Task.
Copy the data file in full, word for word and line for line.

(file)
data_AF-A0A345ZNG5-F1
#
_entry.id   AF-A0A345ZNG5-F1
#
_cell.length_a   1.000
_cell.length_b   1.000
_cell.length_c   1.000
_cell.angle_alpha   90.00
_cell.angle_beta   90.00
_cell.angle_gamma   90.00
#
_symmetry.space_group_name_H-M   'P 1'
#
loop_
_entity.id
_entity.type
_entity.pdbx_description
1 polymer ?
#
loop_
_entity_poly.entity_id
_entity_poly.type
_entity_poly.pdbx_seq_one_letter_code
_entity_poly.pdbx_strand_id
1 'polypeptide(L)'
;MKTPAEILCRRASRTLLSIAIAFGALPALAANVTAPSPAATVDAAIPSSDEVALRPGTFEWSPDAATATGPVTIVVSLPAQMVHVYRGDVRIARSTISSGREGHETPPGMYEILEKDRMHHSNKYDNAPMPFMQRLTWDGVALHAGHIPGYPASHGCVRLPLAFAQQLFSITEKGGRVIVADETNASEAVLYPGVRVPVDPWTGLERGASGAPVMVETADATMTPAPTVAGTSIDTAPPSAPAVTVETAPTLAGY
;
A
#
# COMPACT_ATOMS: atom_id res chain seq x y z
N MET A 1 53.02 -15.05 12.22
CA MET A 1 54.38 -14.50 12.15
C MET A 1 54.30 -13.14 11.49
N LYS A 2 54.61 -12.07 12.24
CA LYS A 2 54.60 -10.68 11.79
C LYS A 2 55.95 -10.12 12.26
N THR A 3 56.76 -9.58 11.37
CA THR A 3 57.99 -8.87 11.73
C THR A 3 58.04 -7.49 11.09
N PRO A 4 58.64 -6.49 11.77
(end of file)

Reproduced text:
data_AF-A0A345ZNG5-F1
#
_entry.id   AF-A0A345ZNG5-F1
#
_cell.length_a   1.000
_cell.length_b   1.000
_cell.length_c   1.000
_cell.angle_alpha   90.00
_cell.angle_beta   90.00
_cell.angle_gamma   90.00
#
_symmetry.space_group_name_H-M   'P 1'
#
loop_
_entity.id
_entity.type
_entity.pdbx_description
1 polymer ?
#
loop_
_entity_poly.entity_id
_entity_poly.type
_entity_poly.pdbx_seq_one_letter_code
_entity_poly.pdbx_strand_id
1 'polypeptide(L)'
;MKTPAEILCRRASRTLLSIAIAFGALPALAANVTAPSPAATVDAAIPSSDEVALRPGTFEWSPDAATATGPVTIVVSLPAQMVHVYRGDVRIARSTISSGREGHETPPGMYEILEKDRMHHSNKYDNAPMPFMQRLTWDGVALHAGHIPGYPASHGCVRLPLAFAQQLFSITEKGGRVIVADETNASEAVLYPGVRVPVDPWTGLERGASGAPVMVETADATMTPAPTVAGTSIDTAPPSAPAVTVETAPTLAGY
;
A
#
# COMPACT_ATOMS: atom_id res chain seq x y z
N MET A 1 53.02 -15.05 12.22
CA MET A 1 54.38 -14.50 12.15
C MET A 1 54.30 -13.14 11.49
N LYS A 2 54.61 -12.07 12.24
CA LYS A 2 54.60 -10.68 11.79
C LYS A 2 55.95 -10.12 12.26
N THR A 3 56.76 -9.58 11.37
CA THR A 3 57.99 -8.87 11.73
C THR A 3 58.04 -7.49 11.09
N PRO A 4 58.64 -6.49 11.77